False localizing sign caused by schwannoma in cervical spinal canal at C1-2 level: A case report

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Abstract

Rationale:

False localizing sign means that the lesion, which is the cause of the symptom, is remote or distant from the anatomical site predicted by neurological examination. This concept contradicts the classical clinicoanatomical correlation paradigm underlying neurological examinations.

Patient concerns:

A 54-year-old man consulted for the right sciatica-like leg pain that had aggravated 1 year ago. Radiological examinations revealed degenerative spondylolisthesis with instability and right-sided recess stenosis at the L4–5 level. After initial improvement following 3 transforaminal epidural steroid injections with gabapentin and antidepressant medication, there was a recurrence of the symptoms a year later, along with wasting of the right leg for several months. Physical examination revealed difficulty in heel-walking and a weakness of extension of the right big toe; tendon reflexes were normal. Lumbar spine radiographs revealed no new findings. The initial course of treatment was repeated, but was ineffective.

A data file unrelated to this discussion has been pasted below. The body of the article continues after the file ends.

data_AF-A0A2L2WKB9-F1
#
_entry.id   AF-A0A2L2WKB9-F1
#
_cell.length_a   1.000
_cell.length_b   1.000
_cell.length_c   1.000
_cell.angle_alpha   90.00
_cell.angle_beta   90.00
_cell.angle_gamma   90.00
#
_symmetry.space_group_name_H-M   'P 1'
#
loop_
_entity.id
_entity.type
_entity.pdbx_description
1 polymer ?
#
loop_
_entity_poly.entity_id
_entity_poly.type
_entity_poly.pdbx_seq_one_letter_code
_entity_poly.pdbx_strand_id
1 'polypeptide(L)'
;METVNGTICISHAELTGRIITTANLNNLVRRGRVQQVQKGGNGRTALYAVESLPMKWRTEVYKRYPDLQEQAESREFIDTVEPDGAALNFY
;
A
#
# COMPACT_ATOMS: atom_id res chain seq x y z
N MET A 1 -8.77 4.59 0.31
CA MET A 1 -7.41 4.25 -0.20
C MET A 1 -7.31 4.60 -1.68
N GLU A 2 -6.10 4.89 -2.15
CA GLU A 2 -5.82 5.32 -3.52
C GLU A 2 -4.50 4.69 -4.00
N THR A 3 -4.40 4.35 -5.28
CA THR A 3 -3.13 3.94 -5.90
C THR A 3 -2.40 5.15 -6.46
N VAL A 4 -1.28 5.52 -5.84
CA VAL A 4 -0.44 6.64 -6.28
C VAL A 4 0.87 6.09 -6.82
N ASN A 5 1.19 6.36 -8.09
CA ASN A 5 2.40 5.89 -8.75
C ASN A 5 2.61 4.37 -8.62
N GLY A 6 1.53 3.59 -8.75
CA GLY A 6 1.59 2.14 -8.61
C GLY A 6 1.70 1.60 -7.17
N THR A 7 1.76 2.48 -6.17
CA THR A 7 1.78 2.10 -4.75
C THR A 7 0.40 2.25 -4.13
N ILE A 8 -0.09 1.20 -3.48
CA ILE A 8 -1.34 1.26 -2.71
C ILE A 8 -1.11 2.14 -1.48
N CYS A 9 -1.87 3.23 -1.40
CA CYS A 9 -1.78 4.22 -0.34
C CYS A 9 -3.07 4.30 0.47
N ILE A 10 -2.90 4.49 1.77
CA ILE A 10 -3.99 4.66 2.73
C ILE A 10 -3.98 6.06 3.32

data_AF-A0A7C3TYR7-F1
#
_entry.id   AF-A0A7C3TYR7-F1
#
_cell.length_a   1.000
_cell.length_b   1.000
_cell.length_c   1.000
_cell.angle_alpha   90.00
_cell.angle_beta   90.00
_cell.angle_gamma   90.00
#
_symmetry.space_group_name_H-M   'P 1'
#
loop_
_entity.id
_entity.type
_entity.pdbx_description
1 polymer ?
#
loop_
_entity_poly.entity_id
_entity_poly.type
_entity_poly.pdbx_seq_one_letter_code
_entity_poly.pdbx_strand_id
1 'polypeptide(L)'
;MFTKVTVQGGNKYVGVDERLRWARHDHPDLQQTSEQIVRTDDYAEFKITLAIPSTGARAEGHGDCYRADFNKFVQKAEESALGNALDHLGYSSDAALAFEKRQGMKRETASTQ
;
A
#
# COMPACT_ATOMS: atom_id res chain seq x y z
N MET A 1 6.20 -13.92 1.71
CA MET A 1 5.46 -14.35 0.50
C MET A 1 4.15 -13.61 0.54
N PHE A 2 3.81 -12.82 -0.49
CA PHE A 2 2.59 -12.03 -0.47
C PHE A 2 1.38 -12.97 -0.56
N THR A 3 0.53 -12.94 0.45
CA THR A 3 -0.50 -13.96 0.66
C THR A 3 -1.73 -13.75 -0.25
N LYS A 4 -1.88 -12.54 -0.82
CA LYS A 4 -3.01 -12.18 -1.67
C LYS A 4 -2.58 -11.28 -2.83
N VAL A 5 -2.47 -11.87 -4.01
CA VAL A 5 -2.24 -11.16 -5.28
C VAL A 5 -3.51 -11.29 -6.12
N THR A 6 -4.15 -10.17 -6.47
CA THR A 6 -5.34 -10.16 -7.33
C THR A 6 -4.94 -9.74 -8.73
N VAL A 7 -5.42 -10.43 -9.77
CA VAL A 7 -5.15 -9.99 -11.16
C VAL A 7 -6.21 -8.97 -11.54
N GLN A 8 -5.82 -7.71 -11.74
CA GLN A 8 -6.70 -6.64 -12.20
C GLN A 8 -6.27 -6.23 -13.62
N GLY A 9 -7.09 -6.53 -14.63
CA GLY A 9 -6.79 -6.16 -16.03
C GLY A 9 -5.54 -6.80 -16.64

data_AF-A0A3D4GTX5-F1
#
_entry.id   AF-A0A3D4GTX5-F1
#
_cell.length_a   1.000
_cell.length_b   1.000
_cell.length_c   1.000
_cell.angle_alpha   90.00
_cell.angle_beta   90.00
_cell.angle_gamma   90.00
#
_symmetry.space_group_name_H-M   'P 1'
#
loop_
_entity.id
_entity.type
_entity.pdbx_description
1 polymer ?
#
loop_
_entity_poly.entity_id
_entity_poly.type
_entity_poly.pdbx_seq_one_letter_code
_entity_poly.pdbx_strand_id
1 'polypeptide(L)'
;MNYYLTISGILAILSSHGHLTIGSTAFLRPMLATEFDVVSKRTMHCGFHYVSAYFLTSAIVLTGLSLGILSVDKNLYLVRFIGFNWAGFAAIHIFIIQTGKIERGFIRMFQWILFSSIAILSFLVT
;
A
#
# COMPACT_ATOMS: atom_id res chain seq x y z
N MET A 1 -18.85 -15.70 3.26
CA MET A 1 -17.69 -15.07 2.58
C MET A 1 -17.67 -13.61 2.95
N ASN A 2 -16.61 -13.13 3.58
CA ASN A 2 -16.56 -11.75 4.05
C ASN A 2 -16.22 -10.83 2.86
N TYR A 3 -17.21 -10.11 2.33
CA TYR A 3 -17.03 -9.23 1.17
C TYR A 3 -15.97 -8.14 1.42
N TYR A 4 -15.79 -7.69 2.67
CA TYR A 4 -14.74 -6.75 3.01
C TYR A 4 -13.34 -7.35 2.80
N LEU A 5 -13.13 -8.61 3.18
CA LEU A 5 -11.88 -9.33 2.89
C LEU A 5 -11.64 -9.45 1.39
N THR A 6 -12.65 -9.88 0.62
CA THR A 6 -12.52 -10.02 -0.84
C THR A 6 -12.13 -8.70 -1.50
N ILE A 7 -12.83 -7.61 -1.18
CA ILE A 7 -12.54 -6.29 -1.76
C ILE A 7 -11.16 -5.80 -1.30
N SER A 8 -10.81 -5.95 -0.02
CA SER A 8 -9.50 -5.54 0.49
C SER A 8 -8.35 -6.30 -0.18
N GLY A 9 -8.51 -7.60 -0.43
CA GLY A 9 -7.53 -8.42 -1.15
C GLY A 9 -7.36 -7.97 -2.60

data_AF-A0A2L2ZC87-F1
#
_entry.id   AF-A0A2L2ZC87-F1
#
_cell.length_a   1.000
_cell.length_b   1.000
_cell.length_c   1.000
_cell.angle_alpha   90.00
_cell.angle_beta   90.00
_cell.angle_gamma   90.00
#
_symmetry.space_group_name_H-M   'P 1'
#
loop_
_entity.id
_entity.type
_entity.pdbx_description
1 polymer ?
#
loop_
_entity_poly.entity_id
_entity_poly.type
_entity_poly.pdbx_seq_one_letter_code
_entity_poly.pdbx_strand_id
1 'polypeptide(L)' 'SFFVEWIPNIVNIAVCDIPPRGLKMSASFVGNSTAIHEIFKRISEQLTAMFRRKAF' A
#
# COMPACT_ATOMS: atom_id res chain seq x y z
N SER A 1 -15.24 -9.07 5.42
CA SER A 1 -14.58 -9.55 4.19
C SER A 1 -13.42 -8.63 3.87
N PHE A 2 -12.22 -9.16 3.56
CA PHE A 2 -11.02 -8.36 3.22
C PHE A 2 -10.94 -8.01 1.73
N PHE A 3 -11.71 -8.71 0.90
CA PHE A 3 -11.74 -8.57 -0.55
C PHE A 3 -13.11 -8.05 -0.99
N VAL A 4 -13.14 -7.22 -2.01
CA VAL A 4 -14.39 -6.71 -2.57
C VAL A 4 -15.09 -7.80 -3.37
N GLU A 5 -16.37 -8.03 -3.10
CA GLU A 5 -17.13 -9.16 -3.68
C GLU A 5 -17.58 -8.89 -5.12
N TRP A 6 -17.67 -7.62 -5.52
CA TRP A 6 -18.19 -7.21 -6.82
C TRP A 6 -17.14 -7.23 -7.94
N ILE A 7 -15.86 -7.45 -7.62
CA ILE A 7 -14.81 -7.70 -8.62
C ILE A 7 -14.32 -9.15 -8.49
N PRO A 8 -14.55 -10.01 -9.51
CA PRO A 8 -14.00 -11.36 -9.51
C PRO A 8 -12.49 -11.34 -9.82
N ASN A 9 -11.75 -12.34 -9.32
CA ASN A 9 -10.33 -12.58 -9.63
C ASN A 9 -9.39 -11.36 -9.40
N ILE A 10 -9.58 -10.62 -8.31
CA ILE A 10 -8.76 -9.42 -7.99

Diagnoses:

Further cervicothoracic spine evaluations revealed a right-sided intradural-extramedullary mass and myelopathy at the C1–2 level.

Interventions:

The cervical mass was surgically resected and identified histopathologically as a schwannoma.

Outcomes:

Immediately after surgery, sciatica-like pain and weakness of right leg were completely resolved.

Lessons:

It is difficult to make an accurate diagnosis if there are symptoms caused by false localizing sign. Additionally, it is even more difficult to diagnose false localizing sign accurately when there is a co-existing lumbar lesion that can cause the similar symptoms.

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